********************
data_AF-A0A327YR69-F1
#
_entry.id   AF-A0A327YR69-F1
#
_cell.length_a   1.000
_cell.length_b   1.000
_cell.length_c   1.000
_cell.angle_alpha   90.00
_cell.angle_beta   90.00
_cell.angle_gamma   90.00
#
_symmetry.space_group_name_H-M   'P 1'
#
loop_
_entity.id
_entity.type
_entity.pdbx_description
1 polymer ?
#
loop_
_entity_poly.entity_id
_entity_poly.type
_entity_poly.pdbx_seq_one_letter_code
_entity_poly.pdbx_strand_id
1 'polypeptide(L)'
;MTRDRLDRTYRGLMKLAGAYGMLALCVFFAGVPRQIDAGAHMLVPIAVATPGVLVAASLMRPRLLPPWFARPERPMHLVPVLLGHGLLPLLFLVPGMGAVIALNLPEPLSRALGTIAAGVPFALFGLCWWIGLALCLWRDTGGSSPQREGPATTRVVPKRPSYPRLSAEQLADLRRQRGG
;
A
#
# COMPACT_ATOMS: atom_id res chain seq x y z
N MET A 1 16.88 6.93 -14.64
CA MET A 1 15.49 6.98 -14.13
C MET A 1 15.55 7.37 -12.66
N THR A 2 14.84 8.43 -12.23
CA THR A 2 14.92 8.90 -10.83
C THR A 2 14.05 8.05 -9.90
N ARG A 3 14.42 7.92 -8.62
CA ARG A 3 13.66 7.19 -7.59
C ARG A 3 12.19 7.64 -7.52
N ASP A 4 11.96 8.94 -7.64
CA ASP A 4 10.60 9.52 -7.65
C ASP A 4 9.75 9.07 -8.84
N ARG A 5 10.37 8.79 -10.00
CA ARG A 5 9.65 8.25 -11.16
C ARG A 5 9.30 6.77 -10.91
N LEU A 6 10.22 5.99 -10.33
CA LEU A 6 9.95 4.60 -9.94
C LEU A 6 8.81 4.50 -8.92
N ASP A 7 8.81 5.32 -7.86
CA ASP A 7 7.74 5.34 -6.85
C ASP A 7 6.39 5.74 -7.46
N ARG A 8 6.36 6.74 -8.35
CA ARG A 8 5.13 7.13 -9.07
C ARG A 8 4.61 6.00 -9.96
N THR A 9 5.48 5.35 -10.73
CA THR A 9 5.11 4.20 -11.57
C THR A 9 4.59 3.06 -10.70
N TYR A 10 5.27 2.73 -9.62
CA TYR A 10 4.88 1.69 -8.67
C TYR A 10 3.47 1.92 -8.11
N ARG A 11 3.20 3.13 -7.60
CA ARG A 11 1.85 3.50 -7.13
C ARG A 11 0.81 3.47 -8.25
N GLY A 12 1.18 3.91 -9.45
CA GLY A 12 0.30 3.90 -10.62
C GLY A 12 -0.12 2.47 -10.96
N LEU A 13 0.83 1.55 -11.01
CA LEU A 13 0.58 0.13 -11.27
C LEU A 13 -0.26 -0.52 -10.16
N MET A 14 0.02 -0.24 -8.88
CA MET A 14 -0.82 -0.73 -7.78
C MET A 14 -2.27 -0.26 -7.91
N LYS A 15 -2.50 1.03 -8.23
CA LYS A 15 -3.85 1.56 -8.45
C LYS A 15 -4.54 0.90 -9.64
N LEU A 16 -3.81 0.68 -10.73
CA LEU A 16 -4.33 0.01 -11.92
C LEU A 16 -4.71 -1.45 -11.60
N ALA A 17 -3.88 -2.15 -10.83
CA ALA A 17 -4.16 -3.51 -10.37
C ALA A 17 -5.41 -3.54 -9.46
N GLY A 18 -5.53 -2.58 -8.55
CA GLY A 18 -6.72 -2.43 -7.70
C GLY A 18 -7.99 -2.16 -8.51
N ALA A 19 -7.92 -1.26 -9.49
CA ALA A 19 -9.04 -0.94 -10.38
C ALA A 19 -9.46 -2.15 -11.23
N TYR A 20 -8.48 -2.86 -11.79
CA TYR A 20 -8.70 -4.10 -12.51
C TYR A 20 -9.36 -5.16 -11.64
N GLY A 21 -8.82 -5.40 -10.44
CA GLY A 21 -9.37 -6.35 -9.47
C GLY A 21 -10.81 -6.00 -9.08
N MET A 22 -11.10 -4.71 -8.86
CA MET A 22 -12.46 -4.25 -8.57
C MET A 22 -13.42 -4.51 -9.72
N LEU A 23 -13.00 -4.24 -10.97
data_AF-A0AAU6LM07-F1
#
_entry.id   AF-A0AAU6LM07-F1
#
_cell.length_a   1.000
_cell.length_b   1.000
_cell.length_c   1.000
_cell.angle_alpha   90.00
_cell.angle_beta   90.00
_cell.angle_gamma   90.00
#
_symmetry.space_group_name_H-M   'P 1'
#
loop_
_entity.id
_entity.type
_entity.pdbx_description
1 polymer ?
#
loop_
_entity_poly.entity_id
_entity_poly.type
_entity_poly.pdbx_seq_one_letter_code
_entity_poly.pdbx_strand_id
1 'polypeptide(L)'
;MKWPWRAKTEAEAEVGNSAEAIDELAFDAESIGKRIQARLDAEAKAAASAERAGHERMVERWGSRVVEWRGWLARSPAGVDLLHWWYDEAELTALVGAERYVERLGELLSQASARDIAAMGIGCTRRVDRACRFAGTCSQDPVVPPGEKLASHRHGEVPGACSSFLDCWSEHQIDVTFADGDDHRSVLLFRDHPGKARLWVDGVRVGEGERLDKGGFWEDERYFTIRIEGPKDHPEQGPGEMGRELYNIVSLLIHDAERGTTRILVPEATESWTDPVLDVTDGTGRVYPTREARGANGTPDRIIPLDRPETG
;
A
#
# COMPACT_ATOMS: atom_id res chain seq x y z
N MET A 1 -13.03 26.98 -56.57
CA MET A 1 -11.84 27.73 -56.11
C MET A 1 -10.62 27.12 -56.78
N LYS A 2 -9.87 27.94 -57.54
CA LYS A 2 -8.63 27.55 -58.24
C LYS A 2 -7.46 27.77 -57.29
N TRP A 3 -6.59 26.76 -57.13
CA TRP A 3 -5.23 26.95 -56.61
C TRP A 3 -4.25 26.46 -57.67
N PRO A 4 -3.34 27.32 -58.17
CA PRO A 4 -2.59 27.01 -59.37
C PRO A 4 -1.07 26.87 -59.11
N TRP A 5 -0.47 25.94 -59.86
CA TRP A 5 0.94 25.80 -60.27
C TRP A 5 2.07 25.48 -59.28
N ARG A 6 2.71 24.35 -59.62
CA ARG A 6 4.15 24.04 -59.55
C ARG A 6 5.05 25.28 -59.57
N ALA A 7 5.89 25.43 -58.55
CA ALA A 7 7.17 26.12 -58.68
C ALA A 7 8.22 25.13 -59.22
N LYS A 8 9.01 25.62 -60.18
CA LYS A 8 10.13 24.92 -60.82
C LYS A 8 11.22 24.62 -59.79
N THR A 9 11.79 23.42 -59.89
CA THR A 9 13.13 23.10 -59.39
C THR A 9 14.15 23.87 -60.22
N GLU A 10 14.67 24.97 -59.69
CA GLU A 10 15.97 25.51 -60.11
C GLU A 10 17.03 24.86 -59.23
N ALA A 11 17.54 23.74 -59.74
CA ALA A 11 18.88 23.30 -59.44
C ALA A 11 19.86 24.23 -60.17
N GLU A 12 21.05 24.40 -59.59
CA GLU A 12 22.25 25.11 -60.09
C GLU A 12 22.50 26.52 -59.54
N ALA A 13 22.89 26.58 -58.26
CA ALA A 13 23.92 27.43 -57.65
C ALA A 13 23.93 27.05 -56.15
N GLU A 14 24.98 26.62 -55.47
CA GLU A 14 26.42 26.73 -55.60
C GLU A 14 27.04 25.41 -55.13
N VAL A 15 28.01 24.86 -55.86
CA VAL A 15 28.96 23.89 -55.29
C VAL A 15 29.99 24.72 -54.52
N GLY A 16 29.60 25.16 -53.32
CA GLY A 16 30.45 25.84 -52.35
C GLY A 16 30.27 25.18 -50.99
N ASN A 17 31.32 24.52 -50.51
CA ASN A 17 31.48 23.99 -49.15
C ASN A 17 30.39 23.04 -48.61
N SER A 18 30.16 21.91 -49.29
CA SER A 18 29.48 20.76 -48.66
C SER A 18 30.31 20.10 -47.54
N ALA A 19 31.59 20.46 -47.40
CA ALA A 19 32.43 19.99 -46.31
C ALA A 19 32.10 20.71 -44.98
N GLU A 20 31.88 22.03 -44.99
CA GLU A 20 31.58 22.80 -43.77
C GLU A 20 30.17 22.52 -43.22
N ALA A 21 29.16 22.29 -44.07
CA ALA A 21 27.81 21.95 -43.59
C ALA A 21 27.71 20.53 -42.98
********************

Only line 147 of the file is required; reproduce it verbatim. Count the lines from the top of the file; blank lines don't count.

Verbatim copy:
CA ALA A 7 7.17 26.12 -58.68